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For most people, this is the first wedding they have planned, so you know even less than Jon Snow but that's okay. Our job is to educate you.
In this post we’re talking all things money — from why wedding services are “so expensive” to how to ask people for money for the wedding.
Why wedding services are “so expensive”
Weddings are a big deal
When you’re planning a social event that comes with high expectations, it can make you a more demanding client.
A wedding planner, for example, often has to present a client with multiple options for each vendor because the client has a specific picture in their head. Unlike with a corporate client, the planner can’t just pick a florist that they know does beautiful work; a wedding client will want options.
Wedding vendors charge higher because of the extra time and energy we will inevitably spend on a wedding client.
Because weddings are high pressure events, most vendors keep that in mind when they are charging. Weddings aren’t like birthdays, where you have one every year. You hopefully will only get married once, so if a vendor screws up your wedding, it’s a big deal. And some charge for that added stress.
We’re partly to blame. By “we,” we mean the wedding industry. Specifically, styled shoots. We love styled shoots. We do them. We wish we could do them more often. Styled shoots allow us the creativity to do whatever the hell we want with decor/theme and to work with our dream team of vendors. But styled shoots are just that — dreamy. They showcase our best work. The best food, best rentals, best florals. And that work is f*cking expensive.
So when you’re perusing Pinterest, know that a good chunk of that inspiration comes from styled shoots, so try not to fall in love with a particular look until you speak with actual vendors.
How to ask people to financially contribute
Before you start budgeting, it’s important to know how much money you have to work with.
Sit down with each of your families individually and have a frank and honest discussion about money. It may not be easy, but it is necessary.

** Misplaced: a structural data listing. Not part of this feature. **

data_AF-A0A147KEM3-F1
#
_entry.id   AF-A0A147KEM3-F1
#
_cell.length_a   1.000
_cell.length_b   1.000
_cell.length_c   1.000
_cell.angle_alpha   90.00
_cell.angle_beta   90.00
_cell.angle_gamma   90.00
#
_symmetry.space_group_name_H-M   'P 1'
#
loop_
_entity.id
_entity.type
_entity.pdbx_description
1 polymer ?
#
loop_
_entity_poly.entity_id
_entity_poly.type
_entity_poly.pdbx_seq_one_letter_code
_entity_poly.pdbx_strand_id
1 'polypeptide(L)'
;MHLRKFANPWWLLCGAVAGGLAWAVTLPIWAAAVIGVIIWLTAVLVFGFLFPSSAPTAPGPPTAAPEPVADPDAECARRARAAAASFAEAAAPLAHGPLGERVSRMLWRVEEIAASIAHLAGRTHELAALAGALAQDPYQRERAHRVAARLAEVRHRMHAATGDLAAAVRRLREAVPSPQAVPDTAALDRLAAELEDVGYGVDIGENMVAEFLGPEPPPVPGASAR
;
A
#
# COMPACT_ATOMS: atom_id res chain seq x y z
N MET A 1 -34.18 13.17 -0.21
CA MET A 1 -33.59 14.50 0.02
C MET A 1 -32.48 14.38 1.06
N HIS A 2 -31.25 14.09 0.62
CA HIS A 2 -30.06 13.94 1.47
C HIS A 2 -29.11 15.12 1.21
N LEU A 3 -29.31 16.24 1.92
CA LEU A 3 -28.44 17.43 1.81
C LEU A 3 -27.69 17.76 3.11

Ask them if they are both able and willing to contribute to your wedding. What does their contribution look like? Will it be a lump sum or paying for something specific like the catering?
Figure out what strings are attached. If your parents pay for the caterer, will they want their favorite food served or want a say in what caterer is chosen?
Knowing what everyone’s expectations if they open up their wallets will help you feel more comfortable accepting money.
Set a budget
Do not, again, DO NOT go into debt for your wedding
This really should go without saying, but loads of people actually plan on going into debt to host a wedding. DON’T DO THAT. Starting your marriage in debt over a party isn’t cute, so set a budget and stick to it.
That being said, you need to have realistic expectations of what your budget can get you. A wedding planner is an excellent resource for knowing what sort of wedding you can and cannot have with your budget.
Wedding planner not in the budget? Many planners (including us!) offer a la carte planning services. You don’t know what you don’t know, so enlisting the help of a professional should be a no-brainer.
Figure out what you can afford to spend, then add in your family’s contributions. That’s your budget!
The tasteful way to ask for cash in lieu of material gifts
Material gifts are nice and all, but maybe you just want cold, hard cash. I mean, who doesn't love money?
Asking guests for money can feel icky, but it doesn't have to be. And by now you’ve asked your family for money, so you’re basically a pro.
The right phrasing works wonders
Try putting something like this on your wedding website: We so appreciate that you want to give us a gift, but we feel we have all of the material items we need. What would really set us up for a successful marriage is a monetary gift.
What’s it for?
Give an insight on what you would use the money for: home renovations, a honeymoon, paying down your student loan debt. The reason people don't default to giving you money is because they want to know it's going to something more meaningful than your electric bill. And while that may be what you end up using it for, it doesn't seem as sexy, so people are reluctant to give it.
“Show me the money!”
Be sure to let guests know how to pay you. List your Venmo or Cash app ID and your home address at the bottom of the registry page, and have a location for cards (that hopefully have money in them!) at the wedding.
Don’t think you can afford a wedding planner?
Check out our wedding coaching service! You get a few hours with a pro to get your planning on the right track.